As I opened the black pages of the worn photo book, moments in time found new life. A small black and white photo reminded me of a small child I hardly remember and a house that held my memories.
The ache for home lives in all of us.—Maya Angelou
I was four years old when we moved into a house. Don’t ask why or how I remember.
With no trees, the wind created a dust storm across the sandy lot. When you stood outside, you could still smell the clinging life of cedar trees in the siding.
The constant whir of the attic fan in the hallway brought little relief from the muggy heat of a summer night. Even the soft cotton gown with dancing flowers clung to my skin.
The open window invited the sounds of the night into my room and through my dreams. Frogs croaked love songs across the expansive field behind the house as moonbeams shaped shadows large and small on the wall.
This was the mid-fifties, a typical post-war housing subdivision in the suburbs of Houston. Now, the suburbs stretch more than 50 miles from downtown.
Our house sat on an oversized lot that faced a park making the backyard stretch beyond the boundaries of our chain-link fence. Although we didn’t have back neighbors, I vividly remember the neighbors on each side of us. Mrs. Getz and her son lived on one side. Len and Charlie, with their baby daughter, on the other side, grew into our extended family even after we moved away.
I relished the opportunity to visit Mrs. Getz because she always had ready what she referred to as “loot.” My loot might be a few pieces of candy or some of her fresh baked cookies or brownies.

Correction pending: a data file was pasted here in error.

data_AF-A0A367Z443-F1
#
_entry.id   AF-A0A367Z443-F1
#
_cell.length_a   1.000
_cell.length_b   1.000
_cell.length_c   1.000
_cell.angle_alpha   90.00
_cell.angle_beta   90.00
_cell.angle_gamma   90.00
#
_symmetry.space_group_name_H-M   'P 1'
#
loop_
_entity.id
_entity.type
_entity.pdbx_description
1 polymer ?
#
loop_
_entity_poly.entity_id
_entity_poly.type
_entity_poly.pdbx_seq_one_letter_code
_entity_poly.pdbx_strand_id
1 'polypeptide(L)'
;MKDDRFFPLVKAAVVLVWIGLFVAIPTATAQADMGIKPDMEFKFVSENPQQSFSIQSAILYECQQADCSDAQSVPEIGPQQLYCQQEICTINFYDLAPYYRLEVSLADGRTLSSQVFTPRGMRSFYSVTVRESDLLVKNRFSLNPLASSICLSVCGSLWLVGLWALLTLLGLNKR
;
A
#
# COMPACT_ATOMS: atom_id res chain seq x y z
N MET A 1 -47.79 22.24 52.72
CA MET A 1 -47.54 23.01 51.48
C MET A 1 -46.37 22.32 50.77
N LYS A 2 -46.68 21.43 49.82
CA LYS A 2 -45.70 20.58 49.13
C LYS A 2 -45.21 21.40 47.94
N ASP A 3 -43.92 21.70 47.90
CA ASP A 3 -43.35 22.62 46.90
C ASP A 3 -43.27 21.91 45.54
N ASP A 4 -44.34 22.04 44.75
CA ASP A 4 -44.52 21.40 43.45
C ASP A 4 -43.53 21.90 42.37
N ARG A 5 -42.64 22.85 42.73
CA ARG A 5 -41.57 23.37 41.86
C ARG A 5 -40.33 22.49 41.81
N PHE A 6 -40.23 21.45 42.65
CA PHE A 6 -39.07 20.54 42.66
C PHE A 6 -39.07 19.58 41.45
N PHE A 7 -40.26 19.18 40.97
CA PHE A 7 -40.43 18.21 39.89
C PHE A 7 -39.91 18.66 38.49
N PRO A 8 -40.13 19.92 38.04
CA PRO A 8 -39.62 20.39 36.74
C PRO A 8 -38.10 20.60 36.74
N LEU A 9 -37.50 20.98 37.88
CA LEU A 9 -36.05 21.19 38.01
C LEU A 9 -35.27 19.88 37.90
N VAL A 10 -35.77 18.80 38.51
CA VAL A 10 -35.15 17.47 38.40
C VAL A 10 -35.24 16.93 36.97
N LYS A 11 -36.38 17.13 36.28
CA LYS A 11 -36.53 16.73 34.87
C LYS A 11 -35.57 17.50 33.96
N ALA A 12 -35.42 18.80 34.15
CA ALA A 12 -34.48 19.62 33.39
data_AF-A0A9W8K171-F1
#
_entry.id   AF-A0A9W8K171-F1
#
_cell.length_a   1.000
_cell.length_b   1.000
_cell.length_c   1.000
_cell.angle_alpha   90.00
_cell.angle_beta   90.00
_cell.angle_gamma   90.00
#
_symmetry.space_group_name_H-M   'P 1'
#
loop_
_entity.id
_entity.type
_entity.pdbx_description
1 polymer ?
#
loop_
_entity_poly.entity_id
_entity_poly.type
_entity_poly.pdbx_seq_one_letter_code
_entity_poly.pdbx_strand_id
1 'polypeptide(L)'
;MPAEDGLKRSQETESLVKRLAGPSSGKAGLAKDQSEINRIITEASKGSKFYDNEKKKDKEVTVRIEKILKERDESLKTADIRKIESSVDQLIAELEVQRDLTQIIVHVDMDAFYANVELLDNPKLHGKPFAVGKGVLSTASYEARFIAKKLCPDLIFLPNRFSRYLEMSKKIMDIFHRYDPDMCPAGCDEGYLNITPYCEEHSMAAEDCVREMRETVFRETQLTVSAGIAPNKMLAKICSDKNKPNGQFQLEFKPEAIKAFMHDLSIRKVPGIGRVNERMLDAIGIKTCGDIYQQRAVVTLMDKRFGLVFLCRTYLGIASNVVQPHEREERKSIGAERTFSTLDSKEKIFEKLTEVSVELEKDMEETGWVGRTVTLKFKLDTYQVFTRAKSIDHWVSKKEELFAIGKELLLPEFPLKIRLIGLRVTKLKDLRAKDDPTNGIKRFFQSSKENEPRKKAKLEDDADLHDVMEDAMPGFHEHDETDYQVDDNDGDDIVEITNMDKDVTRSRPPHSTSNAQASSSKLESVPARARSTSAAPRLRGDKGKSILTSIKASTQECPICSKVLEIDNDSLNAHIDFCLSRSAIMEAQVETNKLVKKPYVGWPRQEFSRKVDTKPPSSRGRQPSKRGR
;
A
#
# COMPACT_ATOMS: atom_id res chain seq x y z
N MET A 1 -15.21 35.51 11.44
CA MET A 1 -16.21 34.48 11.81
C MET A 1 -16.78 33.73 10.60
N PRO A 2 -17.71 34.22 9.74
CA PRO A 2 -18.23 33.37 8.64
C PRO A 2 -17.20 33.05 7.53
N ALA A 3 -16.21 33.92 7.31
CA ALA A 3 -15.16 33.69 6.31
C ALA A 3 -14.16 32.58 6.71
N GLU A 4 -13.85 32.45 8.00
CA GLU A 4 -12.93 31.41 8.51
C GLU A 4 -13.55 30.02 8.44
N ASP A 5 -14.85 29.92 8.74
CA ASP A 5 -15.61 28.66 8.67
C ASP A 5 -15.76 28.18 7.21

Errands to her house felt like walking into a fairytale world. I gazed in awe of the delicate figurines and teacups sitting pristinely on elegant tables. Each one dared me to touch, and oh, I wanted to hold them in my hand and take them with me.
The back patio held my stage. Well, you might refer to it as a picnic table — handmade by my dad, not one of those store-bought things. He painted it green.
Holding tightly to my microphone—a jump rope, I stood ready to wow the crowd. I sang my heart out to everyone but really no one—but me and my imaginary fans. Music always filled the air in that house, and as we drove around in the old 1949 Ford. I knew lots of songs.
That small two-room house (expanded to four more children, two additional bedrooms, and a den by the time we moved) wasn’t fancy. We didn’t have any fine antiques or silver. But the polished wooden floors and spotless kitchen reflected a simple life.
The house with green cedar siding became a home—my childhood home.
“No matter under what circumstances you leave it, home does not cease to be home. No matter how you lived there—well or poorly.” – Joseph Brodsky